If something happens to me, who has control?
If you and your spouse are co-trustees, either can automatically act if the other becomes disabled or dies. If something happens to both of you, your hand picked successor trustee steps into your shoes and acts pursuant to your directives set forth in the trust.
At disability, the successor trustee manages your financial affairs for as long as necessary. Upon your death, the successor trustee pays your debts and distributes your property according to your instructions. Remember, this can all be done without any probate court intervention whatsoever.
Who can be the successor trustee?
Successor trustees can be individuals such as adult children, other relatives or trusted friends. You can also have a corporate trustee such as a bank.
Advantages of a Living Trust:
- Avoids all probate and related costs – both financial and emotional
- Allows quick distribution of assets to beneficiaries
- Can reduce or eliminate taxes
- Preserves privacy – completely confidential
- Very hard to contest
- Provides effective prenuptial protection
- Inexpensive, easy to setup and maintain
Reasons for having a Living Trust:
A living trust is used to avoid the expense, time and anguish of probate court proceedings. Property transferred by will is subject to administration through probate court. Also, if you become disabled, your assets will come under the control of the probate court.
A living trust avoids all probate and makes sure that your estate plan is carried out with as little effort and expense as possible, while still allowing you to maintain complete control of your assets. It can be amended or revoked at any time prior to your death.
Doesn’t joint-ownership avoid probate?
This method of owning property can avoid probate, but often results in unintended legal results and tax disadvantages. There can be significant tax disadvantages especially when property that has appreciated in value over the years is transferred by his method. Further, there may be an undesirable gift tax imposed at the time the property is transferred. When you add someone as a co-owner of your property, you lose control. You are exposed to creditors of the other owner, including their spouses during a divorce proceeding.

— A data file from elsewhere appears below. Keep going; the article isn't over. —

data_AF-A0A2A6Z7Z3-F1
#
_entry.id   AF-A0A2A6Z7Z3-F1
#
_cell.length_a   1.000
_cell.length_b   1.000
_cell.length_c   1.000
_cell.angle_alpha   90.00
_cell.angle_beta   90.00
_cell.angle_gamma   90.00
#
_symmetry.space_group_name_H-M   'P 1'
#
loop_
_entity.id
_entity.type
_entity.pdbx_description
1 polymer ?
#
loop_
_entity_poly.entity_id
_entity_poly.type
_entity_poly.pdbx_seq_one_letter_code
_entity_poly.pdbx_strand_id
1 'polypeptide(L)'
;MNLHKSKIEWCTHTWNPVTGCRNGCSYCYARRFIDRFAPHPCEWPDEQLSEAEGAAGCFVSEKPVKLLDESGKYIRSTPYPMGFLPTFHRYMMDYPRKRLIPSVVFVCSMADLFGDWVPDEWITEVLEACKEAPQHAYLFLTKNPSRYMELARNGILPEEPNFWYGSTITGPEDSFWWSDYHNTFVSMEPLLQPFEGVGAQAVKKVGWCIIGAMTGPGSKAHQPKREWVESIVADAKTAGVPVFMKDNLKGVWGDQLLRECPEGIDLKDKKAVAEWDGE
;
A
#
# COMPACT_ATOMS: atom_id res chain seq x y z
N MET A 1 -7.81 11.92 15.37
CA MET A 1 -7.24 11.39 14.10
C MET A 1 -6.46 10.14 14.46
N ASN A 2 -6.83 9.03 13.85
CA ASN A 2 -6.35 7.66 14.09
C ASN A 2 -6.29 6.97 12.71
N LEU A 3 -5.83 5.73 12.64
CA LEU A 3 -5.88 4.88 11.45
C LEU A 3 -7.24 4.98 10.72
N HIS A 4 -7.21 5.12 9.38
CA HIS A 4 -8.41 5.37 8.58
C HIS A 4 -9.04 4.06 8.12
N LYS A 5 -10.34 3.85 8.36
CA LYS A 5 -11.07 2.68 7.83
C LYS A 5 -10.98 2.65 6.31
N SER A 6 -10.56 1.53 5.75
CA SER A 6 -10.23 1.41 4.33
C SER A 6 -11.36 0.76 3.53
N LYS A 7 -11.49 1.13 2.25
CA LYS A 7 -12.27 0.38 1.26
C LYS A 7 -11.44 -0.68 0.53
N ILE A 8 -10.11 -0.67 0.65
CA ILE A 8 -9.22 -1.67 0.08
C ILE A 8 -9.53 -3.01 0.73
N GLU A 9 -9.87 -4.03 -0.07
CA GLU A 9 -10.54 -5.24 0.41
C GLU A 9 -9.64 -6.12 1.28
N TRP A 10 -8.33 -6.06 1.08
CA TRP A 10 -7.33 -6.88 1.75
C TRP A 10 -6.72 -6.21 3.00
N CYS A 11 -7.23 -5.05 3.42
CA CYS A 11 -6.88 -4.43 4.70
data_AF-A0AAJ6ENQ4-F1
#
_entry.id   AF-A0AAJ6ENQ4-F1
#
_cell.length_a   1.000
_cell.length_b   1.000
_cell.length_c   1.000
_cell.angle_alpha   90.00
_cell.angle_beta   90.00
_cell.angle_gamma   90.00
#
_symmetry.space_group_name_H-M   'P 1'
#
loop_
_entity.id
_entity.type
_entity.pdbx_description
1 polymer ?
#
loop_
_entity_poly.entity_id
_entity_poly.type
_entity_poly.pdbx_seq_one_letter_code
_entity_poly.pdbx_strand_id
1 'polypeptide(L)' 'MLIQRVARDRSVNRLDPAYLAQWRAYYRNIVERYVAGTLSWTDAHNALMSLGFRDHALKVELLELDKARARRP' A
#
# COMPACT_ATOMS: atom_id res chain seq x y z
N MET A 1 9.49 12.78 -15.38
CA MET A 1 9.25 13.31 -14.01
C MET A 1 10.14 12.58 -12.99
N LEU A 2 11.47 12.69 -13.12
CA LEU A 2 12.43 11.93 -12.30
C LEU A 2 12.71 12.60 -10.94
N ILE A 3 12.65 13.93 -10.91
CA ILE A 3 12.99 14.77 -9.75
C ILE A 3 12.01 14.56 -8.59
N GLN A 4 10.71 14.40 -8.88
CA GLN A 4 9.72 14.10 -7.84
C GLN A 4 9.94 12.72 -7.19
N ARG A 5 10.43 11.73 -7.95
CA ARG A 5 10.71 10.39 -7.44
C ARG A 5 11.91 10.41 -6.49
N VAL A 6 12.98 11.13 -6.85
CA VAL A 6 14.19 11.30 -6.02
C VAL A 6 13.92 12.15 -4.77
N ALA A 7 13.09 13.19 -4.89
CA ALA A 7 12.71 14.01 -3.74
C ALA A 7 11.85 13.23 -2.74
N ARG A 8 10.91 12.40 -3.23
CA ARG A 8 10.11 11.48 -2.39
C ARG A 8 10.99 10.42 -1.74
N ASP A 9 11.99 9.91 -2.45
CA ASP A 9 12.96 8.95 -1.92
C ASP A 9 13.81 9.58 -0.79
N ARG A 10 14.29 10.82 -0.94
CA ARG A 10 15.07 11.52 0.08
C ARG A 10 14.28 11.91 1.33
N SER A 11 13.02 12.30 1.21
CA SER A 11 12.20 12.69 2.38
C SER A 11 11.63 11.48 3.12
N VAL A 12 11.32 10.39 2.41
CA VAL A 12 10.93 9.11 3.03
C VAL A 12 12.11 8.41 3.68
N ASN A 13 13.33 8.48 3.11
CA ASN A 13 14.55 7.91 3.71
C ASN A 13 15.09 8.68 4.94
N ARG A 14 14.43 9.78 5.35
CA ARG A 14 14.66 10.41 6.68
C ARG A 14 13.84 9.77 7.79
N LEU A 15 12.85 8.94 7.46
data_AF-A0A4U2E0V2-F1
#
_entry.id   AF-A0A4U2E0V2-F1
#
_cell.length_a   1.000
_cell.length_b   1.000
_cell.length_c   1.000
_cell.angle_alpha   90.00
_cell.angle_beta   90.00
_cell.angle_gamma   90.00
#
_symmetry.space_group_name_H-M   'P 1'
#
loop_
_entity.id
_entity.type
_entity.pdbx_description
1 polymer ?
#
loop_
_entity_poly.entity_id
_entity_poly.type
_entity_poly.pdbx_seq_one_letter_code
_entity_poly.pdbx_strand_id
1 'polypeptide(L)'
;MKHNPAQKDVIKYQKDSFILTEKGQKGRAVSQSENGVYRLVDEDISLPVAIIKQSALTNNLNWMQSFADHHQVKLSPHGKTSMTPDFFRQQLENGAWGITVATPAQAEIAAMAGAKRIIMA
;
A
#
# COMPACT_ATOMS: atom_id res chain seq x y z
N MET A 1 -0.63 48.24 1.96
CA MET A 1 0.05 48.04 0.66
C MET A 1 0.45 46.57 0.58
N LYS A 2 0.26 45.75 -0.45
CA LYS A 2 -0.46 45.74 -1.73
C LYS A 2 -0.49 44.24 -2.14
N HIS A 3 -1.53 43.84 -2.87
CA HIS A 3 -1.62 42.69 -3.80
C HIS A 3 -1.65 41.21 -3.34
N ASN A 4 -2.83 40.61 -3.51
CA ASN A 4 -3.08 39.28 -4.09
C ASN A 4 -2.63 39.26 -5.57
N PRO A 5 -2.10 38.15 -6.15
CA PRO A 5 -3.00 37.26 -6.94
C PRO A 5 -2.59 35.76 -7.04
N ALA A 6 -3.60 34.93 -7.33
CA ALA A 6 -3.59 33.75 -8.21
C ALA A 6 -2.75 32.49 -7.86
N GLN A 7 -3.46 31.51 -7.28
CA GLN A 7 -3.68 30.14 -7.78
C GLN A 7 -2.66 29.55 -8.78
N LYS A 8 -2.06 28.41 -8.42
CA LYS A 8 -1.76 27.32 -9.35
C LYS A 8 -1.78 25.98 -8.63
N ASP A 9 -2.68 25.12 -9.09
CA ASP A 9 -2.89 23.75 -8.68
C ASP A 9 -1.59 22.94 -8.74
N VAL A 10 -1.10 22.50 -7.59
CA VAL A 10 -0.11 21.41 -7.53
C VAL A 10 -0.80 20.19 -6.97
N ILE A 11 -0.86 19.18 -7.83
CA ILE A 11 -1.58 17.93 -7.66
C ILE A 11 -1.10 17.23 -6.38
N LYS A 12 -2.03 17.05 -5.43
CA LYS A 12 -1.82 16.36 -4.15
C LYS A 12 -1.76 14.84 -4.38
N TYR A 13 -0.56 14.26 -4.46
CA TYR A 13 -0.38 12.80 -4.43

What is a Living Trust?
A living trust is similar to a will. It is a written expression as to how and to whom your assets will pass to upon your death and provides for management of your assets during your lifetime should you become disabled – all without the necessity of probate court involvement. It can reduce/eliminate estate taxes, is extremely hard to contest, and makes an effective prenuptial agreement.
How does a Living Trust work?
A living trust is created during your lifetime, usually for your own benefit for as long as you live, and after that, for the benefit of your family. When you set up a living trust, you transfer all of your property from your individual name to the name of your trust, which you control; such as John and Mary Smith to John and Mary Smith, trustees of The Smith Family Trust.
Legally, you no longer directly own anything (everything is owned by the trust) so there is nothing that goes to probate when you die or if you become disabled.
Is it hard to transfer my assets into my trust?
No, funding the trust is simply a matter of re-titling your bank accounts, bonds, stocks and real estate. Your real estate is transferred by a simple Quit Claim Deed. Your banker and other financial advisors will take care of transferring other assets such as stocks, accounts and bonds. As trusts are becoming so common, they are quite familiar with the procedures to do so.
Do I lose control of the property in my trust?
No, not at all; you keep full control of your assets while you are alive. You are the initial trustee of the trust and as such, you can do everything you could do before. You can sell the assets, mortgage the assets, make changes to the trust or even cancel your trust at any time. Nothing changes except the name on the titles.